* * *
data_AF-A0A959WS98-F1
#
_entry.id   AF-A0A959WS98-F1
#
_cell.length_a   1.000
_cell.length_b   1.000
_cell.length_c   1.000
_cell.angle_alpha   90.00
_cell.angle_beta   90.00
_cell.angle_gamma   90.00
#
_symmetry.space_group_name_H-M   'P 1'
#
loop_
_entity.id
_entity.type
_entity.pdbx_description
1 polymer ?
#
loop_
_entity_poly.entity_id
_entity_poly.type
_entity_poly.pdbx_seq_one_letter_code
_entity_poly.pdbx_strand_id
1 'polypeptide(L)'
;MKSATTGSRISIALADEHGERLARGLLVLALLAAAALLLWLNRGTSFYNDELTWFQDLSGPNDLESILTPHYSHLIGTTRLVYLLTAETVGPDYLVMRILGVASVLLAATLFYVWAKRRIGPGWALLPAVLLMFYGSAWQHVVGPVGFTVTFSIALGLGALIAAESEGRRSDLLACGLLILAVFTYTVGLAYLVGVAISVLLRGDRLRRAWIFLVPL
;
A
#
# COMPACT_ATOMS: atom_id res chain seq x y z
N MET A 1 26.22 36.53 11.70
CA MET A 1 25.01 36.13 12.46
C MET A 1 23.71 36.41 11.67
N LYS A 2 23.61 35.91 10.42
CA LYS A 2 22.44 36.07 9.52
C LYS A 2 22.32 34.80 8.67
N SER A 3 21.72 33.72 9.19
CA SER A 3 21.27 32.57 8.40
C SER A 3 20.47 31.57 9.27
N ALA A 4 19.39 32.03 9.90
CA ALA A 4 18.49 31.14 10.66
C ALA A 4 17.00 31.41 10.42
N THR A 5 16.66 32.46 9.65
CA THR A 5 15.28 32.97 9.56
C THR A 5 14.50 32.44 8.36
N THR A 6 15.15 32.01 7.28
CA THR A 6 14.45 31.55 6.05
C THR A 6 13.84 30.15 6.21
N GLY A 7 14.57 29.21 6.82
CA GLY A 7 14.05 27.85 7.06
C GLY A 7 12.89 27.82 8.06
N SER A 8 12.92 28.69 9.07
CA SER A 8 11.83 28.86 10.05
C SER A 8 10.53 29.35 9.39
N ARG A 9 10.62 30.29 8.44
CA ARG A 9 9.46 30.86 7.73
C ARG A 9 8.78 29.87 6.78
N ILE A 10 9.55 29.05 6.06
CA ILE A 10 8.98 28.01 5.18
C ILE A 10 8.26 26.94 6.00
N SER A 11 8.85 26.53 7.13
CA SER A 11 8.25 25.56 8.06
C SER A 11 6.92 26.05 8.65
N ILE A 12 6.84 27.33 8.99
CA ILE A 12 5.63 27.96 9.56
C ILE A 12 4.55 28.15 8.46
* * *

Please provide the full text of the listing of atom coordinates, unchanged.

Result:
data_AF-A0A959WS98-F1
#
_entry.id   AF-A0A959WS98-F1
#
_cell.length_a   1.000
_cell.length_b   1.000
_cell.length_c   1.000
_cell.angle_alpha   90.00
_cell.angle_beta   90.00
_cell.angle_gamma   90.00
#
_symmetry.space_group_name_H-M   'P 1'
#
loop_
_entity.id
_entity.type
_entity.pdbx_description
1 polymer ?
#
loop_
_entity_poly.entity_id
_entity_poly.type
_entity_poly.pdbx_seq_one_letter_code
_entity_poly.pdbx_strand_id
1 'polypeptide(L)'
;MKSATTGSRISIALADEHGERLARGLLVLALLAAAALLLWLNRGTSFYNDELTWFQDLSGPNDLESILTPHYSHLIGTTRLVYLLTAETVGPDYLVMRILGVASVLLAATLFYVWAKRRIGPGWALLPAVLLMFYGSAWQHVVGPVGFTVTFSIALGLGALIAAESEGRRSDLLACGLLILAVFTYTVGLAYLVGVAISVLLRGDRLRRAWIFLVPL
;
A
#
# COMPACT_ATOMS: atom_id res chain seq x y z
N MET A 1 26.22 36.53 11.70
CA MET A 1 25.01 36.13 12.46
C MET A 1 23.71 36.41 11.67
N LYS A 2 23.61 35.91 10.42
CA LYS A 2 22.44 36.07 9.52
C LYS A 2 22.32 34.80 8.67
N SER A 3 21.72 33.72 9.19
CA SER A 3 21.27 32.57 8.40
C SER A 3 20.47 31.57 9.27
N ALA A 4 19.39 32.03 9.90
CA ALA A 4 18.49 31.14 10.66
C ALA A 4 17.00 31.41 10.42
N THR A 5 16.66 32.46 9.65
CA THR A 5 15.28 32.97 9.56
C THR A 5 14.50 32.44 8.36
N THR A 6 15.15 32.01 7.28
CA THR A 6 14.45 31.55 6.05
C THR A 6 13.84 30.15 6.21
N GLY A 7 14.57 29.21 6.82
CA GLY A 7 14.05 27.85 7.06
C GLY A 7 12.89 27.82 8.06
N SER A 8 12.92 28.69 9.07
CA SER A 8 11.83 28.86 10.05
C SER A 8 10.53 29.35 9.39
N ARG A 9 10.62 30.29 8.44
CA ARG A 9 9.46 30.86 7.73
C ARG A 9 8.78 29.87 6.78
N ILE A 10 9.55 29.05 6.06
CA ILE A 10 8.98 28.01 5.18
C ILE A 10 8.26 26.94 6.00
N SER A 11 8.85 26.53 7.13
CA SER A 11 8.25 25.56 8.06
C SER A 11 6.92 26.05 8.65
N ILE A 12 6.84 27.33 8.99
CA ILE A 12 5.63 27.96 9.56
C ILE A 12 4.55 28.15 8.46